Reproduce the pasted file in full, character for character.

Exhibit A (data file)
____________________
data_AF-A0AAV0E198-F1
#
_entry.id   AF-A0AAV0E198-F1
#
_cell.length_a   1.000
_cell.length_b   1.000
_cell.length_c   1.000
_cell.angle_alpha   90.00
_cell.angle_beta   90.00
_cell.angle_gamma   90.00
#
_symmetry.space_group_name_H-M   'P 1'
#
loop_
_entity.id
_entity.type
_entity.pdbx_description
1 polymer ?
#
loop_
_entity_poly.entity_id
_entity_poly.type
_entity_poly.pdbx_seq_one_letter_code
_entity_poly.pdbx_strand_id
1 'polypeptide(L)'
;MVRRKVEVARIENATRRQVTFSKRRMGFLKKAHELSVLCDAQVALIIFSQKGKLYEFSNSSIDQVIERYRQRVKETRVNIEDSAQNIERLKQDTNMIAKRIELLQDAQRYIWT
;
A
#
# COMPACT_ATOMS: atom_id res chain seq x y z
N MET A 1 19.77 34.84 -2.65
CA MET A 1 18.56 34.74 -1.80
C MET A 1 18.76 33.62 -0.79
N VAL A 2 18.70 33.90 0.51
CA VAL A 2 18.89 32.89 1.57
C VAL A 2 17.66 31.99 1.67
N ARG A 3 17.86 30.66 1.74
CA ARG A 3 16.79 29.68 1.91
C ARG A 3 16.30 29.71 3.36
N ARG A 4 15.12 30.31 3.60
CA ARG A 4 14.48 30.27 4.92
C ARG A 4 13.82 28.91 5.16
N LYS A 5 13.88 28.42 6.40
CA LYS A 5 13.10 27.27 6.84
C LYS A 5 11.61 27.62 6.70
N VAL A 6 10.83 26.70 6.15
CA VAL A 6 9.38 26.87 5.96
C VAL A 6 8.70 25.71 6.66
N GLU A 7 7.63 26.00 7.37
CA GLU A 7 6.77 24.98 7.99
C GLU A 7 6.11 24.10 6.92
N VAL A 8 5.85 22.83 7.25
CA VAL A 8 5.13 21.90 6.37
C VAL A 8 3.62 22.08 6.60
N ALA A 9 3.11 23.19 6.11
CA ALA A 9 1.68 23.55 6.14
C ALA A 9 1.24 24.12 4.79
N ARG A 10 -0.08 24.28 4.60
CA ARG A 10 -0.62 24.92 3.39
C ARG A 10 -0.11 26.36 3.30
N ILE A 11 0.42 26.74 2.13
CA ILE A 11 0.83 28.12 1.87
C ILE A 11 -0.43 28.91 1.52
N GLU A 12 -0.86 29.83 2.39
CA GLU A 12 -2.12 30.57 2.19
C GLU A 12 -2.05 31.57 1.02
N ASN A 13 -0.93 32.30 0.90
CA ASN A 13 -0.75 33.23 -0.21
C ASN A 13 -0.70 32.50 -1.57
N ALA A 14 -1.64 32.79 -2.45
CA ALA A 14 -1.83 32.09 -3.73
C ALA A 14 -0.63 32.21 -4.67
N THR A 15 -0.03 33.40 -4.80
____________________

data_AF-A0AAV0E198-F1
#
_entry.id   AF-A0AAV0E198-F1
#
_cell.length_a   1.000
_cell.length_b   1.000
_cell.length_c   1.000
_cell.angle_alpha   90.00
_cell.angle_beta   90.00
_cell.angle_gamma   90.00
#
_symmetry.space_group_name_H-M   'P 1'
#
loop_
_entity.id
_entity.type
_entity.pdbx_description
1 polymer ?
#
loop_
_entity_poly.entity_id
_entity_poly.type
_entity_poly.pdbx_seq_one_letter_code
_entity_poly.pdbx_strand_id
1 'polypeptide(L)'
;MVRRKVEVARIENATRRQVTFSKRRMGFLKKAHELSVLCDAQVALIIFSQKGKLYEFSNSSIDQVIERYRQRVKETRVNIEDSAQNIERLKQDTNMIAKRIELLQDAQRYIWT
;
A
#
# COMPACT_ATOMS: atom_id res chain seq x y z
N MET A 1 19.77 34.84 -2.65
CA MET A 1 18.56 34.74 -1.80
C MET A 1 18.76 33.62 -0.79
N VAL A 2 18.70 33.90 0.51
CA VAL A 2 18.89 32.89 1.57
C VAL A 2 17.66 31.99 1.67
N ARG A 3 17.86 30.66 1.74
CA ARG A 3 16.79 29.68 1.91
C ARG A 3 16.30 29.71 3.36
N ARG A 4 15.12 30.31 3.60
CA ARG A 4 14.48 30.27 4.92
C ARG A 4 13.82 28.91 5.16
N LYS A 5 13.88 28.42 6.40
CA LYS A 5 13.10 27.27 6.84
C LYS A 5 11.61 27.62 6.70
N VAL A 6 10.83 26.70 6.15
CA VAL A 6 9.38 26.87 5.96
C VAL A 6 8.70 25.71 6.66
N GLU A 7 7.63 26.00 7.37
CA GLU A 7 6.77 24.98 7.99
C GLU A 7 6.11 24.10 6.92
N VAL A 8 5.85 22.83 7.25
CA VAL A 8 5.13 21.90 6.37
C VAL A 8 3.62 22.08 6.60
N ALA A 9 3.11 23.19 6.11
CA ALA A 9 1.68 23.55 6.14
C ALA A 9 1.24 24.12 4.79
N ARG A 10 -0.08 24.28 4.60
CA ARG A 10 -0.62 24.92 3.39
C ARG A 10 -0.11 26.36 3.30
N ILE A 11 0.42 26.74 2.13
CA ILE A 11 0.83 28.12 1.87
C ILE A 11 -0.43 28.91 1.52
N GLU A 12 -0.86 29.83 2.39
CA GLU A 12 -2.12 30.57 2.19
C GLU A 12 -2.05 31.57 1.02
N ASN A 13 -0.93 32.30 0.90
CA ASN A 13 -0.75 33.23 -0.21
C ASN A 13 -0.70 32.50 -1.57
N ALA A 14 -1.64 32.79 -2.45
CA ALA A 14 -1.83 32.09 -3.73
C ALA A 14 -0.63 32.21 -4.67
N THR A 15 -0.03 33.40 -4.80